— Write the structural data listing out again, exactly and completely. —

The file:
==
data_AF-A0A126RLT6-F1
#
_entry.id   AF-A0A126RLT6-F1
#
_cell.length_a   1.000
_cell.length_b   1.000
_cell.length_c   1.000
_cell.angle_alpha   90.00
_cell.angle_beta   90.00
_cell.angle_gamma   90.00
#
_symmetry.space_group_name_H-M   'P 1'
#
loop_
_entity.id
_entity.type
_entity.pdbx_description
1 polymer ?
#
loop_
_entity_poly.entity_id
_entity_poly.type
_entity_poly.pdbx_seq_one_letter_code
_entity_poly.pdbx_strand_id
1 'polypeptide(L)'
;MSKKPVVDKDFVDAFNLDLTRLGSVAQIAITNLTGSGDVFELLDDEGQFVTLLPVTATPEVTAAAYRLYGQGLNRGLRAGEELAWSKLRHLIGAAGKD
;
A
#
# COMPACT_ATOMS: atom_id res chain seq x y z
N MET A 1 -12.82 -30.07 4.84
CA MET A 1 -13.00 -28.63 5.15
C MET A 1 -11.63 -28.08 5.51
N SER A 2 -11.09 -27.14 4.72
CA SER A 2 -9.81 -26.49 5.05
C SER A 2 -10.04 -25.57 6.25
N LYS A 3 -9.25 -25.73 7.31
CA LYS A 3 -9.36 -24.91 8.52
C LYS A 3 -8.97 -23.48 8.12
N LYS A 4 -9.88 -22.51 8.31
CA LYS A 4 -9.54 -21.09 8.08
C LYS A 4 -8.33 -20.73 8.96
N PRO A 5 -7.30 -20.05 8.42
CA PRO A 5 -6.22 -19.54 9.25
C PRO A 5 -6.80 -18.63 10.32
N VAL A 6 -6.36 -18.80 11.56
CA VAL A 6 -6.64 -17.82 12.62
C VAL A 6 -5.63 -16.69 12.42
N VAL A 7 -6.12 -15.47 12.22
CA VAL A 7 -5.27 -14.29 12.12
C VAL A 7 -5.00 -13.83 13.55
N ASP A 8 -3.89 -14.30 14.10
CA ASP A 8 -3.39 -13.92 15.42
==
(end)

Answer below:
data_AF-A0A126RLT6-F1
#
_entry.id   AF-A0A126RLT6-F1
#
_cell.length_a   1.000
_cell.length_b   1.000
_cell.length_c   1.000
_cell.angle_alpha   90.00
_cell.angle_beta   90.00
_cell.angle_gamma   90.00
#
_symmetry.space_group_name_H-M   'P 1'
#
loop_
_entity.id
_entity.type
_entity.pdbx_description
1 polymer ?
#
loop_
_entity_poly.entity_id
_entity_poly.type
_entity_poly.pdbx_seq_one_letter_code
_entity_poly.pdbx_strand_id
1 'polypeptide(L)'
;MSKKPVVDKDFVDAFNLDLTRLGSVAQIAITNLTGSGDVFELLDDEGQFVTLLPVTATPEVTAAAYRLYGQGLNRGLRAGEELAWSKLRHLIGAAGKD
;
A
#
# COMPACT_ATOMS: atom_id res chain seq x y z
N MET A 1 -12.82 -30.07 4.84
CA MET A 1 -13.00 -28.63 5.15
C MET A 1 -11.63 -28.08 5.51
N SER A 2 -11.09 -27.14 4.72
CA SER A 2 -9.81 -26.49 5.05
C SER A 2 -10.04 -25.57 6.25
N LYS A 3 -9.25 -25.73 7.31
CA LYS A 3 -9.36 -24.91 8.52
C LYS A 3 -8.97 -23.48 8.12
N LYS A 4 -9.88 -22.51 8.31
CA LYS A 4 -9.54 -21.09 8.08
C LYS A 4 -8.33 -20.73 8.96
N PRO A 5 -7.30 -20.05 8.42
CA PRO A 5 -6.22 -19.54 9.25
C PRO A 5 -6.80 -18.63 10.32
N VAL A 6 -6.36 -18.80 11.56
CA VAL A 6 -6.64 -17.82 12.62
C VAL A 6 -5.63 -16.69 12.42
N VAL A 7 -6.12 -15.47 12.22
CA VAL A 7 -5.27 -14.29 12.12
C VAL A 7 -5.00 -13.83 13.55
N ASP A 8 -3.89 -14.30 14.10
CA ASP A 8 -3.39 -13.92 15.42